Major depressive disorder (MDD) is predicted to be the second leading cause of disability worldwide by the year 2020. Currently available treatments for MDD are suboptimal. Only 50% of MDD patients recover in less than 12 weeks with adequate treatment, and up to 20% of patients will fail to adequately respond to all currently available interventions. Moreover, current treatments come at the cost of significant central nervous system (CNS) side effects, further highlighting the need for more effective treatments with fewer side effects. A greater mechanistic understanding of MDD and the actions of antidepressant drugs would provide opportunities for development of novel therapeutic approaches to treatment. With this aim in mind, we explore the novel, but empirically supported, hypothesis that an evolutionarily ancient thermoafferent pathway, signaling via the spinoparabrachial pathway from serotonergic sensory cells in the skin and other epithelial linings to serotonergic neurons and depression-related circuits in the brain, is dysfunctional in MDD and that antidepressant therapies, including antidepressant drugs and exercise, act by restoring its function.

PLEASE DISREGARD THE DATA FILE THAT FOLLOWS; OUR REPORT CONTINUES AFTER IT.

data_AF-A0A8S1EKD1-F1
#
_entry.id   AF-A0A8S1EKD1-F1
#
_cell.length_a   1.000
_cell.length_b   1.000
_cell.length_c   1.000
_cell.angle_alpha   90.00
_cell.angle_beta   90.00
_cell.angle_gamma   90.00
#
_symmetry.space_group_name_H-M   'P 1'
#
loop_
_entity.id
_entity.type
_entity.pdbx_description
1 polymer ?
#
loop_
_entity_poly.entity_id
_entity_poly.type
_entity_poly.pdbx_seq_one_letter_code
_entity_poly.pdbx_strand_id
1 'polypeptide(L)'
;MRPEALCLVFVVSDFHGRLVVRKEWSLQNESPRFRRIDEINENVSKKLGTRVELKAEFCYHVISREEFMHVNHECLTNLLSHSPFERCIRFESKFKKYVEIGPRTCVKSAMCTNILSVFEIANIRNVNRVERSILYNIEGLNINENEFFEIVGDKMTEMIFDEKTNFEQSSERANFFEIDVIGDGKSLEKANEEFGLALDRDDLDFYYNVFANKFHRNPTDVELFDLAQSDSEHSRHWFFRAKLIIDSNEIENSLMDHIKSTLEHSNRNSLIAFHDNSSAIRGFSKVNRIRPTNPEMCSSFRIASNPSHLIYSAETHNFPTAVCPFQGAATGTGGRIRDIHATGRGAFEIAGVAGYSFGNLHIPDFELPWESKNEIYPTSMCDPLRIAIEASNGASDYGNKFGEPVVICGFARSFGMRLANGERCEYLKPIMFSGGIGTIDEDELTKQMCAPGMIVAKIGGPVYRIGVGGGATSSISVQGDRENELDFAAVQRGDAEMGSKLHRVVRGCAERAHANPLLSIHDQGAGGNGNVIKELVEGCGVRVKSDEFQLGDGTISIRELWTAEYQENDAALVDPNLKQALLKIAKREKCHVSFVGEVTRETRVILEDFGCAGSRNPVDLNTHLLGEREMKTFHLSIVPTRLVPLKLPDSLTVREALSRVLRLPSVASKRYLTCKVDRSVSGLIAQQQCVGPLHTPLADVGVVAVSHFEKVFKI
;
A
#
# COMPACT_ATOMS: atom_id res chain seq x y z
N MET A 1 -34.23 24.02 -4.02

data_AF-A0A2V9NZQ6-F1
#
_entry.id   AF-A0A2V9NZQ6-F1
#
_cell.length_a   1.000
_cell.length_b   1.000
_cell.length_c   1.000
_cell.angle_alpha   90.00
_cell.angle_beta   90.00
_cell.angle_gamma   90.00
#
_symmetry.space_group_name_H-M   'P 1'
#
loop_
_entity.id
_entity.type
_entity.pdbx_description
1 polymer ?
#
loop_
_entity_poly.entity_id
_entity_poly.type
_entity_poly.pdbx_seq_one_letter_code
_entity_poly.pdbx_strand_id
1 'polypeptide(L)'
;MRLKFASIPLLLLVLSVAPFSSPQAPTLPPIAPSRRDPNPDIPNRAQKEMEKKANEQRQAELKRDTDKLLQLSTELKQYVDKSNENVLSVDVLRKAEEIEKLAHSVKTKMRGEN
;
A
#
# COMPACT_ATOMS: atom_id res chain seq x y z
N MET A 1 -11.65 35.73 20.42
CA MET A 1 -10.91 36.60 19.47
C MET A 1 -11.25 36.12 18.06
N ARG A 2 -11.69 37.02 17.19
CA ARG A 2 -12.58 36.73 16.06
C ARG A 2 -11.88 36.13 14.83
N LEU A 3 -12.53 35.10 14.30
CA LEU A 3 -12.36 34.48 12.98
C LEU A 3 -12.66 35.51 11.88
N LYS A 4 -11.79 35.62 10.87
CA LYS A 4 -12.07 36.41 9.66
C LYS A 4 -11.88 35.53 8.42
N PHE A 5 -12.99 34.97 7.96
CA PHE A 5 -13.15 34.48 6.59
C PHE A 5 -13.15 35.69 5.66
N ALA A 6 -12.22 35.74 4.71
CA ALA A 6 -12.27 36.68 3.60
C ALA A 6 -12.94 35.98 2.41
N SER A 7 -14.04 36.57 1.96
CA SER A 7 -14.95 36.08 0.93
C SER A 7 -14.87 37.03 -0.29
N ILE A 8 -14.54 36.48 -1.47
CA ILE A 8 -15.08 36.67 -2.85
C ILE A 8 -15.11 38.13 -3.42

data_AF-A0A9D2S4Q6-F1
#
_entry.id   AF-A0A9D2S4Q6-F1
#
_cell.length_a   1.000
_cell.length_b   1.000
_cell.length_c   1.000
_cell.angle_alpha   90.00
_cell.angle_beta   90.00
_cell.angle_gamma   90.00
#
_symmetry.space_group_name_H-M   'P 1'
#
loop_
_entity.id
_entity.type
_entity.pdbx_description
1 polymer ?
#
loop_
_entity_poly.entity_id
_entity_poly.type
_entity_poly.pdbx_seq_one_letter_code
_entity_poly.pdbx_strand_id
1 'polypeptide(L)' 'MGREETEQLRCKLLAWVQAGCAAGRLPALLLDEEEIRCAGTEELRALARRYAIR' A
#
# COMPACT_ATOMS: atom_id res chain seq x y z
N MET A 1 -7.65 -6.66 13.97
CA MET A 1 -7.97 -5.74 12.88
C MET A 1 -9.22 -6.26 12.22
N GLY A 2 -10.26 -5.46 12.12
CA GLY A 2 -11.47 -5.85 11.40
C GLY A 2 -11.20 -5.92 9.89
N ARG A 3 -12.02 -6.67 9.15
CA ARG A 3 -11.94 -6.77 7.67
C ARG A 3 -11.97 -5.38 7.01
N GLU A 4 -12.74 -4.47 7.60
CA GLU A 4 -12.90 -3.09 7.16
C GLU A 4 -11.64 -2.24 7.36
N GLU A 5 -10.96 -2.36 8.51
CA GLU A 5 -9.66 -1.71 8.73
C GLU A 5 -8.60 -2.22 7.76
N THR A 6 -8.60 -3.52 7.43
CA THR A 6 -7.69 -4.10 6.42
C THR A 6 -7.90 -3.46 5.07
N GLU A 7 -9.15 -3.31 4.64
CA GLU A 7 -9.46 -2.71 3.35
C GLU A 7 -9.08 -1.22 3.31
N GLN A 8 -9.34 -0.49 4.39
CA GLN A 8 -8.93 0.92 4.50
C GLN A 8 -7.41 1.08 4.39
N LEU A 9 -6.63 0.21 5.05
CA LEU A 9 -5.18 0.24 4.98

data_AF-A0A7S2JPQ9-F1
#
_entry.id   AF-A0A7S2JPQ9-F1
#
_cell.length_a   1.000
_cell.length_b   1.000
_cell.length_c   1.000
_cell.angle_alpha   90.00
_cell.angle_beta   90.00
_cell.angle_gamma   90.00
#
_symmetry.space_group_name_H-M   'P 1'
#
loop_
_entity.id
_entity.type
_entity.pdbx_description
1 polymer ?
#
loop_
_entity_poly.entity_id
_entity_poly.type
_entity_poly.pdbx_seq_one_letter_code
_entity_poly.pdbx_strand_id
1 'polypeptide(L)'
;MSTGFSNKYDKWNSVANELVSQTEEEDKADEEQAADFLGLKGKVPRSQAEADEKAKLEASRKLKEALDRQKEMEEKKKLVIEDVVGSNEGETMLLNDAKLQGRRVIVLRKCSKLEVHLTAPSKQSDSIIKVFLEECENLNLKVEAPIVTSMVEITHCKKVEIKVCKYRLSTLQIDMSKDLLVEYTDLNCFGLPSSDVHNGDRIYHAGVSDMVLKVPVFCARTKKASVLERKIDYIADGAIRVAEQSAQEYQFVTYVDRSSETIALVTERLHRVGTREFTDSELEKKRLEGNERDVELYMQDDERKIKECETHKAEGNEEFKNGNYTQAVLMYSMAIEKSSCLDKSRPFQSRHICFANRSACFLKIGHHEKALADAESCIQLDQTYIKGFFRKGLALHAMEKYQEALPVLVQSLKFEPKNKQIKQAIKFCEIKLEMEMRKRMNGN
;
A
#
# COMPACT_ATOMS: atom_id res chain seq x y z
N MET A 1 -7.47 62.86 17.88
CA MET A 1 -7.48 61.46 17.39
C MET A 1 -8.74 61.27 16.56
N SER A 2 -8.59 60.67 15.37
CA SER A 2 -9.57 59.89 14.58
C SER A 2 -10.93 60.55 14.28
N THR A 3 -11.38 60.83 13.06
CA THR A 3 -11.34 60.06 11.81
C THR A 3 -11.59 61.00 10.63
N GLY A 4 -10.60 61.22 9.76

- Major depression
- Selective serotonin reuptake inhibitor
- Thermoregulatory cooling
ASJC Scopus subject areas
- Pharmacology (medical)